the Degree Confluence Project

United States : Nebraska

2.8 miles (4.6 km) ESE of Pilger (Stanton), Cuming, NE, USA
Approx. altitude: 423 m (1387 ft)
([?] maps: Google MapQuest OpenStreeMap topo aerial ConfluenceNavigator)
Antipode: 42°S 83°E

Quality: good

Click on any of the images for the full-sized picture.

#2: GPS shot #3: Crooked twin trees #4: Pilger waterworks #5: Entrance to Black Island Wildlife Management Area

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  42°N 97°W (visit #1)  

#1: Cattails in early morning light

(visited by Steve Kohrs)

06-Jan-2001 -- Before Jan. 4th, 2001, I had no idea what a confluence was. It wasn't until I read an article on Slashdot that I became interested in visiting confluences near my home in Omaha, NE. A quick search on Yahoo Maps revealed that Pilger, NE was only about 90 miles away. I now knew what I was doing on Saturday. Confluence hunting!

On Friday, Jan. 5th, I purchased my first GPS receiver and a DeLorme atlas of Nebraska. I started out hoping to be able to at least reach a couple of the closest confluences. Little did I know my journey would take me clear across Nebraska (for a total of 900 miles!) and result in three confluences vistited, two attempted, and one aborted (for now).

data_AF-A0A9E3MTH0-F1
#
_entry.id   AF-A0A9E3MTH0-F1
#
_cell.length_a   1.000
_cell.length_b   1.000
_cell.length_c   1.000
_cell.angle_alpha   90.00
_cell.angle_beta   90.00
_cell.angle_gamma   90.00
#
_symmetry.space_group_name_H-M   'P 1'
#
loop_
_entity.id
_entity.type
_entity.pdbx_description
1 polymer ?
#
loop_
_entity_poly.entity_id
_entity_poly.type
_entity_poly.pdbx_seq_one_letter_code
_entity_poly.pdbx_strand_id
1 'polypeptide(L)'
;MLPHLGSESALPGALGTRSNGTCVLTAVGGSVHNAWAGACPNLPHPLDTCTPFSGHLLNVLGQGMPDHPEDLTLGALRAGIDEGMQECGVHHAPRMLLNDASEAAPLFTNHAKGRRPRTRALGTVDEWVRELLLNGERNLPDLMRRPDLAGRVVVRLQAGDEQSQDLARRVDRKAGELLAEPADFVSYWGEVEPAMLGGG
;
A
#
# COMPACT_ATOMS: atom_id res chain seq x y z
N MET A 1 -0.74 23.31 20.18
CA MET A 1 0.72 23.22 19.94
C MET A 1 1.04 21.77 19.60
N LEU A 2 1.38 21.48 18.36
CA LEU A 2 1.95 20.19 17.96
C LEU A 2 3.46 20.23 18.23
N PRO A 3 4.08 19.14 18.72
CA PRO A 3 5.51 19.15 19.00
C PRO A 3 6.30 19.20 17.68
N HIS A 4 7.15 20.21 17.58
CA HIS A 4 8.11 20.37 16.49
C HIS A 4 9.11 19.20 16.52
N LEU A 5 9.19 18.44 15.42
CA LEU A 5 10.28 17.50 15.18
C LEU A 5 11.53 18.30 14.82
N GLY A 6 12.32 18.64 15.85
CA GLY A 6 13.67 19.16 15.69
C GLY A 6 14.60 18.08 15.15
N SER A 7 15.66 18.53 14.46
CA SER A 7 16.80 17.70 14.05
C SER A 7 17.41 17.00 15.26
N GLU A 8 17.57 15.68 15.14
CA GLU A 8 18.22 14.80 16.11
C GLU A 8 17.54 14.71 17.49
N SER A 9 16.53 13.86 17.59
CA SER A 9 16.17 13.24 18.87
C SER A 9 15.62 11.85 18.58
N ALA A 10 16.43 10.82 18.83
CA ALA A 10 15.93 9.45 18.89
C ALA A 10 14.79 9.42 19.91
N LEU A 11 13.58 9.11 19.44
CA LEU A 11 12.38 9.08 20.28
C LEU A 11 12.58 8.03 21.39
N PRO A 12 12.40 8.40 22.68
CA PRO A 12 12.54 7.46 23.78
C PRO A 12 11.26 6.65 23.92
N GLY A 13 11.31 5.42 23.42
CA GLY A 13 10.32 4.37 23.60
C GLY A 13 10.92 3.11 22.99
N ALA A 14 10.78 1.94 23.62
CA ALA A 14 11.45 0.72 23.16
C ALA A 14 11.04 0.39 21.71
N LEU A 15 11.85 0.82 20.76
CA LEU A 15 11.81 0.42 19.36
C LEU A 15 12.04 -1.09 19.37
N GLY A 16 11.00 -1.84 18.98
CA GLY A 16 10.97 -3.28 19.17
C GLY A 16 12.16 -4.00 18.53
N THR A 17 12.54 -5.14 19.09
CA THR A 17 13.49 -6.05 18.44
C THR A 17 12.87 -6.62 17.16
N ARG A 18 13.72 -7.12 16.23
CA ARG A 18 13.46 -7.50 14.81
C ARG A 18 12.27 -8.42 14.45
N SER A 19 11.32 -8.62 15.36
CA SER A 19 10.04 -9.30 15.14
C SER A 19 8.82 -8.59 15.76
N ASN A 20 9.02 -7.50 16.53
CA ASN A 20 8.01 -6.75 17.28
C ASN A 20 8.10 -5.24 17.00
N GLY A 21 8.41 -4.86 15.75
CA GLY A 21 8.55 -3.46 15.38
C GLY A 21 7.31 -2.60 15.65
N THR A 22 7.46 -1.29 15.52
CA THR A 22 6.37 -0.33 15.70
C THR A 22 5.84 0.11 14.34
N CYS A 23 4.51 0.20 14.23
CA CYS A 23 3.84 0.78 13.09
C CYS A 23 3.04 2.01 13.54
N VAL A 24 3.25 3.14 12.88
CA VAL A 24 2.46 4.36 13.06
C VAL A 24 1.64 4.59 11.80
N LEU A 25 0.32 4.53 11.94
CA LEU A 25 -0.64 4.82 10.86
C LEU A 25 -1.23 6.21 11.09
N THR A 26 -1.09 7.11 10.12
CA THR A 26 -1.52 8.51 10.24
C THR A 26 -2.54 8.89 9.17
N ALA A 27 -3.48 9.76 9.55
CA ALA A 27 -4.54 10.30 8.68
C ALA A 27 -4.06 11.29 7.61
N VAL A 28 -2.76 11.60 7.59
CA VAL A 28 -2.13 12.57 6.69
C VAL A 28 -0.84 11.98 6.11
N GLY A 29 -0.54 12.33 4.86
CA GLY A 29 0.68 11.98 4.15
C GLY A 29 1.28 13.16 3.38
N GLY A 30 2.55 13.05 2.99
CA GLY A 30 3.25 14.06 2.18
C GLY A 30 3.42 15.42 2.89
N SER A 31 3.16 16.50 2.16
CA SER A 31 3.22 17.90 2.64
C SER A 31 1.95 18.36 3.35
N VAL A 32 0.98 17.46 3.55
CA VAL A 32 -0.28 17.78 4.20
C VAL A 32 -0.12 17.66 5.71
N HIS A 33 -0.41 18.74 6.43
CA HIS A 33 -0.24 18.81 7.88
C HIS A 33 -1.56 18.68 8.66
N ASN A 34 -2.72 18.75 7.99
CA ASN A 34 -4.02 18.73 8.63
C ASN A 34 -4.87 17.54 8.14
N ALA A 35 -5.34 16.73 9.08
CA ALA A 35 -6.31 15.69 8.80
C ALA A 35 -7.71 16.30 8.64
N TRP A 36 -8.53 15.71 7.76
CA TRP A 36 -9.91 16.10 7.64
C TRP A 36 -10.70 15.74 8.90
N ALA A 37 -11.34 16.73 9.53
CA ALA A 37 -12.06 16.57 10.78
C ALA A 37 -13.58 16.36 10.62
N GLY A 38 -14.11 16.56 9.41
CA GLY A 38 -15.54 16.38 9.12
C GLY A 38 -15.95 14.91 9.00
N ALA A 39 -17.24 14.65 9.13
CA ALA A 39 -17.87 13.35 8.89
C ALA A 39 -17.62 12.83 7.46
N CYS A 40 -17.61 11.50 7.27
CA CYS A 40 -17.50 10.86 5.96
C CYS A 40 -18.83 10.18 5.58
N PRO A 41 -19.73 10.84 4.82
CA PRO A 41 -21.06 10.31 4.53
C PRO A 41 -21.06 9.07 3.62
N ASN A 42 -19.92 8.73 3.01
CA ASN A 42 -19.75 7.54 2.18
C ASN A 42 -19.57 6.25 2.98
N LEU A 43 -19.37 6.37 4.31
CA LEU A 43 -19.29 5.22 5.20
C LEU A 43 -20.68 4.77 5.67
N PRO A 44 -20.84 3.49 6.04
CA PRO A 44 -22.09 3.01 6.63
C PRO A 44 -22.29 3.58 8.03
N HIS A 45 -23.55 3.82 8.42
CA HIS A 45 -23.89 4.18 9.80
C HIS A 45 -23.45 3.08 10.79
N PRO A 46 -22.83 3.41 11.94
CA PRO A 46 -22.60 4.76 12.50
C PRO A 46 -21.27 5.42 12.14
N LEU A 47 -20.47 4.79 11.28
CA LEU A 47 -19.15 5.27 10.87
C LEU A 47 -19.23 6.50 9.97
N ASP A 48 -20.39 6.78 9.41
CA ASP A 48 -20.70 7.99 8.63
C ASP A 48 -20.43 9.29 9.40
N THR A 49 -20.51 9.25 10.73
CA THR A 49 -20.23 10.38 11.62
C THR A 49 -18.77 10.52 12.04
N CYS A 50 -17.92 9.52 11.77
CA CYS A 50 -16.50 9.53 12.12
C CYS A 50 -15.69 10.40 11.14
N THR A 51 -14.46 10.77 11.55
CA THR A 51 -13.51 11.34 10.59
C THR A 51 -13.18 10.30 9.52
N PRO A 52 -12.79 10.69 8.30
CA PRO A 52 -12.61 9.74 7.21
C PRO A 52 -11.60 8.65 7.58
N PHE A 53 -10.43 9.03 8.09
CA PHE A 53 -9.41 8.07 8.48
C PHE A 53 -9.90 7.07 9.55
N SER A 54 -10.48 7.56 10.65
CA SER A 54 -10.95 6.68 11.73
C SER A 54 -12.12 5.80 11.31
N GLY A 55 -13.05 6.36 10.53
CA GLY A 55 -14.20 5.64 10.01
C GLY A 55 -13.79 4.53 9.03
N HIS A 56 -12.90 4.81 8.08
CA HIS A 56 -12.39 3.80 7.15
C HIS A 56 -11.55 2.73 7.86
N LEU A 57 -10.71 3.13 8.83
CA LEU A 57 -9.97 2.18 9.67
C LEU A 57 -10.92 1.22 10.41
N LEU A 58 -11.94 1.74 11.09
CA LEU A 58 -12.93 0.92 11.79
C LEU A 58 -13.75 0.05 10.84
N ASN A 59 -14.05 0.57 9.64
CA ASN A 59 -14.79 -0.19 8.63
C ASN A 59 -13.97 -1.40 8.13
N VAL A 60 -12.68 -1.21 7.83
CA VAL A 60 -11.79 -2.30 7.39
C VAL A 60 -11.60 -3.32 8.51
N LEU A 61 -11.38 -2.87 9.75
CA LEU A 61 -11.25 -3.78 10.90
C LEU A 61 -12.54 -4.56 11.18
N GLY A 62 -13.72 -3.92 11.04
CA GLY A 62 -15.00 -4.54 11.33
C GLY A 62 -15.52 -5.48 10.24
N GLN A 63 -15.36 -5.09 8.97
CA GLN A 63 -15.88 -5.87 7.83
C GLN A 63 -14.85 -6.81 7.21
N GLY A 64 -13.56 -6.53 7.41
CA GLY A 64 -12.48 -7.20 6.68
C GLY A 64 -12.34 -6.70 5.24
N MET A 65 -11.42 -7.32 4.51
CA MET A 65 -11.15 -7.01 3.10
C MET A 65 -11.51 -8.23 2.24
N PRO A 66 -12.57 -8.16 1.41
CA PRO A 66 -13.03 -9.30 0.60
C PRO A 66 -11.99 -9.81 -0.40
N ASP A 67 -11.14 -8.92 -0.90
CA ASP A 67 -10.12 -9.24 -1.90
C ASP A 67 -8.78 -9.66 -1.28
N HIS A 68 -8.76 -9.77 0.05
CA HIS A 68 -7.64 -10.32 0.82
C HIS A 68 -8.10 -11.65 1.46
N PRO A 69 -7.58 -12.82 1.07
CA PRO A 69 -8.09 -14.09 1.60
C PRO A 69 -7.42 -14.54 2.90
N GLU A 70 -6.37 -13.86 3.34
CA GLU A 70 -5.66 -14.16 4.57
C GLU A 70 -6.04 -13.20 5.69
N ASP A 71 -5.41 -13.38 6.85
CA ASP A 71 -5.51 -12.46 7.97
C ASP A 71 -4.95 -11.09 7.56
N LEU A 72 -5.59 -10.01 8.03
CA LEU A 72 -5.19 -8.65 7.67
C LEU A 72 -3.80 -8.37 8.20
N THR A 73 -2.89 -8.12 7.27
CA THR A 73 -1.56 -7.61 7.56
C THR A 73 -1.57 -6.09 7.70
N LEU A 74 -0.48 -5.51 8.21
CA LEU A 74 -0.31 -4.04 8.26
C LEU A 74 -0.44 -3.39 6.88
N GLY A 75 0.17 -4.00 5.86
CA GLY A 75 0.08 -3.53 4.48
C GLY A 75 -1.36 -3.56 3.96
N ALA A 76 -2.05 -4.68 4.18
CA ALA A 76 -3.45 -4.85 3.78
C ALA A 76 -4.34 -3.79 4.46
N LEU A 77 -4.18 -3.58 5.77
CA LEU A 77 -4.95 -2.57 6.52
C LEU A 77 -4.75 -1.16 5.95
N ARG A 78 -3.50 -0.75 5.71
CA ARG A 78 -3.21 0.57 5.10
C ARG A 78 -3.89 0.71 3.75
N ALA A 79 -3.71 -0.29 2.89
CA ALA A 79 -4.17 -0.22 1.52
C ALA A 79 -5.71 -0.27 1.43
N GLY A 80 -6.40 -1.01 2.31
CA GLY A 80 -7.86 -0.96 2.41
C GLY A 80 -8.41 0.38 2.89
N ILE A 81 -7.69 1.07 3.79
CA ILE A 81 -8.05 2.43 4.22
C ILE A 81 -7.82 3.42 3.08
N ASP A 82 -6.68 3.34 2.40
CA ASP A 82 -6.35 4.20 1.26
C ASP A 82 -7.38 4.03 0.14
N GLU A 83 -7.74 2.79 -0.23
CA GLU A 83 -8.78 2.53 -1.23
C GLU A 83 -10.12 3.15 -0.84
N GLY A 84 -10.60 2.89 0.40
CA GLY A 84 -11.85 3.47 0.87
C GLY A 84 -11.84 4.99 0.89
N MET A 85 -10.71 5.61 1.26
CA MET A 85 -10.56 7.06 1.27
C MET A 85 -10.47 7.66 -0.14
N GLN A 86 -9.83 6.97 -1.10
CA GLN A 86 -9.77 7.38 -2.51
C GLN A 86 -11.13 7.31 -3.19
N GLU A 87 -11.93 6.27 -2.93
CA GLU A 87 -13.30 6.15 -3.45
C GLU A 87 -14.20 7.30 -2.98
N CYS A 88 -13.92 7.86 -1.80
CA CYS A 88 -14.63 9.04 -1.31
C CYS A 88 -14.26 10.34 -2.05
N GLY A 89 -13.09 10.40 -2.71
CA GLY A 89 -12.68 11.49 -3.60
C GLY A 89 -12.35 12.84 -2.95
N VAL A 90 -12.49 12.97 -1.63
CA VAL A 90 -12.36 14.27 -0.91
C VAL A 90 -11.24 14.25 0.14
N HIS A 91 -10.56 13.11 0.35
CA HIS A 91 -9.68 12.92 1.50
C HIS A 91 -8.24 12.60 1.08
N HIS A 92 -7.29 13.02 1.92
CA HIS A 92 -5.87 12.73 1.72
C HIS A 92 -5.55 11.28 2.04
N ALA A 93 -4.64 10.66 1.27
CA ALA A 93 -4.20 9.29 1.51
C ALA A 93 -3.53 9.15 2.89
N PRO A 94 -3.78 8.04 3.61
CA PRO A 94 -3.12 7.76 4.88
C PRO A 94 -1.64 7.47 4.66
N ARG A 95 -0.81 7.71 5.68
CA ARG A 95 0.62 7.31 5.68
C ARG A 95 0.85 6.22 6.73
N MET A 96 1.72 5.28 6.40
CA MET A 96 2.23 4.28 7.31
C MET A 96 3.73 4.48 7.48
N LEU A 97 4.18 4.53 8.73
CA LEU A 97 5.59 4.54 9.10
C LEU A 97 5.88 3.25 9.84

Saturday morning I was on the road at 6:00am. I headed north on I-29 to Onawa, IA. A quick check of the GPS disclosed the fact that confluence 42°N 96°W was within a few miles. I contemplated tracking that one down, but decided my first confluence should be in my home state. This was a good decision, because someone had already visited 42°N 96°W.

Around 8:15am, I neared the confluence. It is located inside the "Black Island Wildlife Management Area." On my hike to the confluence, I kept passing postings which stated, "No Hunting." I amused myself with the thought that, "Surely the signs didn't apply to hunting for the convergence of two imaginary lines."

This confluence was back in a row of trees which separates the wildlife area from the surrounding farm land. The sun was still low in the morning sky when I took the photographs. I could have shot a whole roll of film on this first confluence, but was eager to find the next one along the 42nd parallel. On the way back to my car, I could hear distant shotgun blasts. I only hoped those hunters were as successful as I was.

 All pictures
#1: Cattails in early morning light
#2: GPS shot
#3: Crooked twin trees
#4: Pilger waterworks
#5: Entrance to Black Island Wildlife Management Area
ALL: All pictures on one page